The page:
That’s okay. Don’t be discouraged. Still, you can be a great blogger. Use these simple tips to improve your blogging without losing your mind.

1. Set realistic expectations.

Don’t tell yourself you’ll blog daily if you can only blog once a week. Missed expectations often lead to quitting altogether. A monthly blog is better than no blog at all.

Take time to evaluate your blogging schedule. Seriously ask yourself the following questions, and adjust your blogging expectations.

  1. Do I regularly miss blogging deadlines?
  2. Do I have clear, measurable goals for your blog?
  3. Am I helping my audience?
  4. How can I make my writing more readable?
  5. How long can I sustain my current schedule?

Feel free to ask yourself more questions, too. We won’t tell you what to do based off of your answers. Instead, we encourage you to make changes to your blog that will help you keep to a schedule, help your audience, and achieve your blogging goals.

2. Create an editorial calendar for your blog posts.

Blogging consistently matters. Blogs that are posted at the same time every day, week, or month tend to be higher quality. Your audience knows when to expect them, and that builds trust. Additionally, you know what to expect from yourself.

Keep to a consistent schedule with an editorial calendar. In addition to helping you stay on track, an editorial calendar saves you time. Instead of racking your brain for blog topic ideas every time you sit down to write, you have a pre-planned topic to dissect. Spend a few minutes once a week or even every month to plan out your calendar.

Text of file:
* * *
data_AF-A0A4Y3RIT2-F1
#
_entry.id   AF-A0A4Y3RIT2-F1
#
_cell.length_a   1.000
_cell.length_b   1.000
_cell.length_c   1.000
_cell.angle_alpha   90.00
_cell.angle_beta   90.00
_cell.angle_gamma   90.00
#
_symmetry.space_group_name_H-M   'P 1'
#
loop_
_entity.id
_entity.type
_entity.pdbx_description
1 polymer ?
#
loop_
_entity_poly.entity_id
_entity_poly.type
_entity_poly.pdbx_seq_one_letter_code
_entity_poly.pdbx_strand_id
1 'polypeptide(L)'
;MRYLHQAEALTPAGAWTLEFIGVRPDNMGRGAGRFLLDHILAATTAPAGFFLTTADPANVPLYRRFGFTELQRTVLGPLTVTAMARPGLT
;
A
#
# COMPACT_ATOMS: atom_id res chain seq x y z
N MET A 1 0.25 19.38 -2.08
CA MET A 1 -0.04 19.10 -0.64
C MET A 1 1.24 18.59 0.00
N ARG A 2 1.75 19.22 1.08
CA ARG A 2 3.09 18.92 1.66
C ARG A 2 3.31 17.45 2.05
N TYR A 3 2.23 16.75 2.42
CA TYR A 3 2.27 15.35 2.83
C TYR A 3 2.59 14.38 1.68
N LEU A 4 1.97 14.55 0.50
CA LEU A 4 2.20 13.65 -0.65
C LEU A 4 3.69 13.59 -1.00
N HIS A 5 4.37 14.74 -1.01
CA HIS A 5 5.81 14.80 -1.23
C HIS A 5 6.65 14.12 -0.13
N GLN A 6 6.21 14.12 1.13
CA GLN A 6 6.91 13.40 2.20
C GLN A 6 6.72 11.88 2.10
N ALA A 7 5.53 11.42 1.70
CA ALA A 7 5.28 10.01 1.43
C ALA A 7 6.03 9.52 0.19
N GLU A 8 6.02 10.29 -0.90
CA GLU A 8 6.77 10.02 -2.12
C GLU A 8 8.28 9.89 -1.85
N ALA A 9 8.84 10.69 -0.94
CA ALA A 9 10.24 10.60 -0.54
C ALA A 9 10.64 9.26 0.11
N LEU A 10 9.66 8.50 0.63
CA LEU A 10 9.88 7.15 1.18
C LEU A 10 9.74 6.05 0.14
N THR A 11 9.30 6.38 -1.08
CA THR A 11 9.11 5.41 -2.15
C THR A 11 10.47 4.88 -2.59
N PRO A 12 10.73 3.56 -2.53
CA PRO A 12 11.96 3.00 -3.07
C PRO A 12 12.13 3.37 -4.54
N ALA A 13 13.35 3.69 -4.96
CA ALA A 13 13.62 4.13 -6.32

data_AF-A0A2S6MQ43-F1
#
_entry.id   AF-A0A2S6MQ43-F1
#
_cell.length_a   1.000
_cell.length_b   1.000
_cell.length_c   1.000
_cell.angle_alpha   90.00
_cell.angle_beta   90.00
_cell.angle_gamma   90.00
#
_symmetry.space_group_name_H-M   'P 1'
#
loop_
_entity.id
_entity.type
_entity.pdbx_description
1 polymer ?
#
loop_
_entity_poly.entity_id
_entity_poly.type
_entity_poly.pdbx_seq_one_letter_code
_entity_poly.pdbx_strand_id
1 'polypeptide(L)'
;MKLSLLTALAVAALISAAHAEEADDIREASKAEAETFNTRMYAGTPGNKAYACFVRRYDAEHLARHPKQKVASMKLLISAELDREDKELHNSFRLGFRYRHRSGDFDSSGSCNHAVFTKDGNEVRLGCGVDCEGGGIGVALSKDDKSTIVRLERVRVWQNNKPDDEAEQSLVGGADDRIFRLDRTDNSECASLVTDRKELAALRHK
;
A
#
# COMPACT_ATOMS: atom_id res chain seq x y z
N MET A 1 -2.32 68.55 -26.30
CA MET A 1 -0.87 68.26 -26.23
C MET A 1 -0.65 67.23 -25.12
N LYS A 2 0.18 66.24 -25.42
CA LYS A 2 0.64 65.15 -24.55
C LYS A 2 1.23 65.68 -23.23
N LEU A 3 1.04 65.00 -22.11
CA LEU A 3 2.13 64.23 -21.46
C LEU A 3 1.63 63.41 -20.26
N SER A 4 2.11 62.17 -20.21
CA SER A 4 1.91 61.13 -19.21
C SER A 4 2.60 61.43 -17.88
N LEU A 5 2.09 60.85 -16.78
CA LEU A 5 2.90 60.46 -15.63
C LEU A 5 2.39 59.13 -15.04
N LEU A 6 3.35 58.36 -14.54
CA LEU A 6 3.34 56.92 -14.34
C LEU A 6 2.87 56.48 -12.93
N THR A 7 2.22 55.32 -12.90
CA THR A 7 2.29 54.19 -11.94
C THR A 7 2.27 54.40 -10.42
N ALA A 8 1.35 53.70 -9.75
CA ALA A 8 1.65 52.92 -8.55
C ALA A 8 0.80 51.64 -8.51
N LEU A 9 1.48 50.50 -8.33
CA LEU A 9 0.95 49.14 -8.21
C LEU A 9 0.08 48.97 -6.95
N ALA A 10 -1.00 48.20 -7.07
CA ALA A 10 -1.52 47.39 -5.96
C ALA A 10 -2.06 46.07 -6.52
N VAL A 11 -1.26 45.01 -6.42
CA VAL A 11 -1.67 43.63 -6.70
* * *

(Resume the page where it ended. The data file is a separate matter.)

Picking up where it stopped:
3. Ask your audience.

Not sure what to write? Ask the people who read your blog, or ask the people you want to read your blog. This doesn’t have to be weird. In fact, you can do this on your social media channels, via email, or in person with your customers.

Take note of the things they are confused about, and remember common questions. Use your blog, and your expertise, to answer their questions.

 4. Write about what you know and love.

You’re the expert. Hopefully, you’ve chosen your field because you are knowledgeable and passionate about it. Let that shine through in your blog. Go through the following questions, and answer them using your knowledge, experiences, and passion.

  1. What are my readers afraid of? How can I ease their fears?
  2. What makes my readers excited? How can I tap into that?
  3. What goals do my readers want to reach? Do I have the tools to help them succeed?
  4. What is something my readers should know or understand? How can I explain it to them?

5. Don’t be afraid to research.

Yes, you’re the expert, but you can’t know everything. Well, most of us can’t. Doing research for blog topics isn’t cheating. It makes you a better professional and a better blogger. Research when writing blogs to ensure accuracy, but also research your audience and blog topics. Research helps you:

  • Write about more topics with accuracy.
  • Stay in the loop with your industry.
  • Network with other industry professionals.
  • Come up with new blog topics.

Blogging can be challenging, and it’s easy to burn out. However, sticking to a realistic schedule as an expert in your field will help you write with confidence.

Guess what? You don’t have to blog. You should have one, but you don’t have to write it. Your Imprint offers blogging services. We’ll plan, research, and write your blog for you! Interested? Get a quote.


Every blog needs to be organized. This template will help!

Responsive web design is an integral part of your ranking (popularity)


Hopefully, you understand the importance of quality website design. People judge your website based off of its design and how well it works, and they make decisions about your company based on their experience on your website.